UPDATED: Funderburk wins Humble mayoral race; incumbents re-elected to City Council

Six candidates were vying for three positions on the Humble City Council in the May 1 election. (Community Impact Newspaper staff)
Six candidates were vying for three positions on the Humble City Council in the May 1 election. (Community Impact Newspaper staff)

Six candidates were vying for three positions on the Humble City Council in the May 1 election. (Community Impact Newspaper staff)

Updated May 2 7:22 a.m.

Norman Funderburk will be the new mayor of the city of Humble following the results of the May 1 election, while two incumbents maintained their seats on Humble City Council.

Funderburk will replace outgoing Mayor Merle Aaron. He received 509 votes, or 60.81% of the total, while his opponent, Arliss Ann Bentley garnered 328 votes, or 39.19%.

Meanwhile, incumbents Charles "Andy" Curry and Charles Cunningham were re-elected to places 1 and 2, respectively. Curry received 507 votes, or 62.29% of all votes cast, while his lone opponent for Place 1, Eric Lacy, earned 307 votes, or 37.71%.

In the race for Place 2, Cunningham received the most votes of all candidates running for city of Humble positions, earning 605 votes, or 74.97% of the total. Linda Greenan received 202 votes, or 25.03% of all votes cast for Place 2.


All 102 Harris County voting centers were reporting the morning of May 2. All results are unofficial until canvassed.

Updated May 1 at 10:30 p.m.

With 44 of 102 voting centers reporting election day results, candidates for Humble City Council Norman Funderburk and incumbents Charles "Andy" Curry and Charles Cunningham, continue to lead in the races for mayor, Position 1 and Position 2, respectively.

In the mayoral race, Funderburk received 63.53%, or 418 votes, while Arliss Ann Bentley received 36.47%, or 240 votes.

In the race for Position 1, Curry received 63.24%, or 406 votes, while challenger Eric Lacy received 36.76%, or 236 votes.

In the race for Position 2, Cunningham received 76.45%, or 487 votes, while challenger Linda Greenan received 23.55%, or 150 votes.

All results are unofficial until canvassed. Visit communityimpact.com/voter-guide/election-results to see results from all local elections in your community.

Posted May 1 at 7:30 p.m.

With six candidates vying for three positions on Humble City Council, unofficial absentee and early voting results show Norman Funderburk and incumbents Charles "Andy" Curry and Charles Cunningham have taken early leads for mayor, Position 1 and Position 2, respectively.

In the mayoral race, Funderburk received 63.84%, or 399 early votes, while Arliss Ann Bentley received 36.16%, or 226 votes.

As previously reported by Community Impact Newspaper, both candidates are newcomers as Humble Mayor Merle Aaron announced in January he would not seek re-election for a third term in the May 1 election.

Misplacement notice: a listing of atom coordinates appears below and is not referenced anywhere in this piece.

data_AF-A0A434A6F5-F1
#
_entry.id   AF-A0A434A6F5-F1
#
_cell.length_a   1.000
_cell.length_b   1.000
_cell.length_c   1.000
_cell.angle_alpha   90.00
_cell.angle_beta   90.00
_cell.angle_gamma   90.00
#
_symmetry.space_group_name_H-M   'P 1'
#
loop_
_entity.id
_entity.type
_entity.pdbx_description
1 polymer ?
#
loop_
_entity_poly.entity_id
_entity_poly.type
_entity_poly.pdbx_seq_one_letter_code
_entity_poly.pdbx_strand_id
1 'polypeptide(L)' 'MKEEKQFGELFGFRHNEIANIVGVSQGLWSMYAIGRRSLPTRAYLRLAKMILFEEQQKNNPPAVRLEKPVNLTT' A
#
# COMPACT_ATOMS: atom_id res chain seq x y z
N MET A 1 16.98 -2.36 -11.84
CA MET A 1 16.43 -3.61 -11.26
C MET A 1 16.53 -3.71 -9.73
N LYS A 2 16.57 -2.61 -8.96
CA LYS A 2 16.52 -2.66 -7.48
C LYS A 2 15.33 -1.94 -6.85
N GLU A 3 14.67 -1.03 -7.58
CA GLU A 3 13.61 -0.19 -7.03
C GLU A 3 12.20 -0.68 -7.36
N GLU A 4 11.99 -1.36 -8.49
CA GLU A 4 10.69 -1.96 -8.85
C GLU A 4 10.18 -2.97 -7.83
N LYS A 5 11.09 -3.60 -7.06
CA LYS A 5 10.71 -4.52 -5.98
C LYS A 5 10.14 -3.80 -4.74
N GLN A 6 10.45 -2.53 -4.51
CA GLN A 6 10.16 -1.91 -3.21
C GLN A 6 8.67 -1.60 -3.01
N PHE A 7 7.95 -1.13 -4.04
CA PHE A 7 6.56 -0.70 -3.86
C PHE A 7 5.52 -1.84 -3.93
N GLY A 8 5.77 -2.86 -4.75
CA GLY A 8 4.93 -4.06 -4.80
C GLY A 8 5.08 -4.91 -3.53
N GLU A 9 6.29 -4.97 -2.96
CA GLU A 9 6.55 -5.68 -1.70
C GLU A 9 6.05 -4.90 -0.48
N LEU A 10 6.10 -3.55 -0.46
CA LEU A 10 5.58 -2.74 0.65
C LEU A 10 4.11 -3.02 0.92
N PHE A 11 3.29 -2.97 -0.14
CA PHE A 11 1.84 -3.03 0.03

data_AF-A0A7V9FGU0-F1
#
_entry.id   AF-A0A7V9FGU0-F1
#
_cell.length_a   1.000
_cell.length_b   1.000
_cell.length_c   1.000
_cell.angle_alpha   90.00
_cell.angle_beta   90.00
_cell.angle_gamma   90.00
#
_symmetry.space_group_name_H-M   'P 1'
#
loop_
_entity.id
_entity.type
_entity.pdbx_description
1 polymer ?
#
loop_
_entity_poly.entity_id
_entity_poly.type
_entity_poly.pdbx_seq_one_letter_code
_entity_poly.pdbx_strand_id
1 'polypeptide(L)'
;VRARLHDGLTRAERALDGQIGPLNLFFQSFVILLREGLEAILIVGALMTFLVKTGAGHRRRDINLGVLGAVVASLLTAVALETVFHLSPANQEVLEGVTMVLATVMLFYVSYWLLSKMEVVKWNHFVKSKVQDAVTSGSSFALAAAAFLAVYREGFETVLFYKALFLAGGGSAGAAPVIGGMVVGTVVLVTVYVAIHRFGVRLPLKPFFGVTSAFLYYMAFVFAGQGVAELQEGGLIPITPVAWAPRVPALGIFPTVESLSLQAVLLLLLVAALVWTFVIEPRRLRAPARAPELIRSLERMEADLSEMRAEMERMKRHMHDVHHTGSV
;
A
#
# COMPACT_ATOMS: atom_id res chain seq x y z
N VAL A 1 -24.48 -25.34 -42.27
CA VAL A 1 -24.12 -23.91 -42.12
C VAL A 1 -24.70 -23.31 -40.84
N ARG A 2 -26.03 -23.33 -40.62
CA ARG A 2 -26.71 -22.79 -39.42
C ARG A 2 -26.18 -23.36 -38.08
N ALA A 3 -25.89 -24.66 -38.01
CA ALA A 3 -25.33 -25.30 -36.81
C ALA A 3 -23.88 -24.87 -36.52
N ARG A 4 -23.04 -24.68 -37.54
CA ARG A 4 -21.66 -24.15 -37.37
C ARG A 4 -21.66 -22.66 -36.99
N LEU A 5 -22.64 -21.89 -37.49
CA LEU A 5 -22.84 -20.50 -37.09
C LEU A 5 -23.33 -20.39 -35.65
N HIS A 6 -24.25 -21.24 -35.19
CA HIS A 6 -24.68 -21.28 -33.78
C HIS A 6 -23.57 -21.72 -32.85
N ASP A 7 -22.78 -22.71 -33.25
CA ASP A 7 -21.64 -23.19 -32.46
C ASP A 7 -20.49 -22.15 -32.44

Funderburk is a retired vice president of Koch Specialty Plant Services, while Bentley is a retired Humble ISD teacher. To learn more about each of the mayor candidates, read our Q&A here.

In the race for Position 1, Curry received 64.27%, or 394 early votes, while challenger Eric Lacy received 35.73%, or 219 votes.

Curry has served on Humble City Council since 1999, with the exception of 2011-13, and is a retired director of computer services for HISD and computer consultant. Lacy is the owner of True Love Childcare and the pastor of True Love Church. To learn more about each of these candidates, read our Q&A here.

In the race for Position 2, Cunningham received 76.11%, or 462 early votes, while challenger Linda Greenan received 23.89%, or 145 votes.

Cunningham was appointed to fill a vacant position on Humble City Council after late-Council Member Glenn Redmon died in 2019. Cunningham is a distribution account consultant for CenterPoint Energy, while Greenan is a dispatcher for a logistics company in Humble. To learn more about each of these candidates, read our Q&A here.

All results are unofficial until canvassed. Visit communityimpact.com/voter-guide/election-results to see results from all local elections in your community.
By Hannah Zedaker
Born and raised in Cypress, Texas, Hannah Zedaker graduated from Sam Houston State University in 2016 with a bachelor's degree in mass communication and a minor in political science. She began as an intern with Community Impact Newspaper in 2015 and was hired upon graduation as a reporter for The Woodlands edition in May 2016. In January 2019, she was promoted to serve as the editor of the Spring/Klein edition where she covers Spring ISD and Harris County Commissioners Court, in addition to business, development and transportation news.


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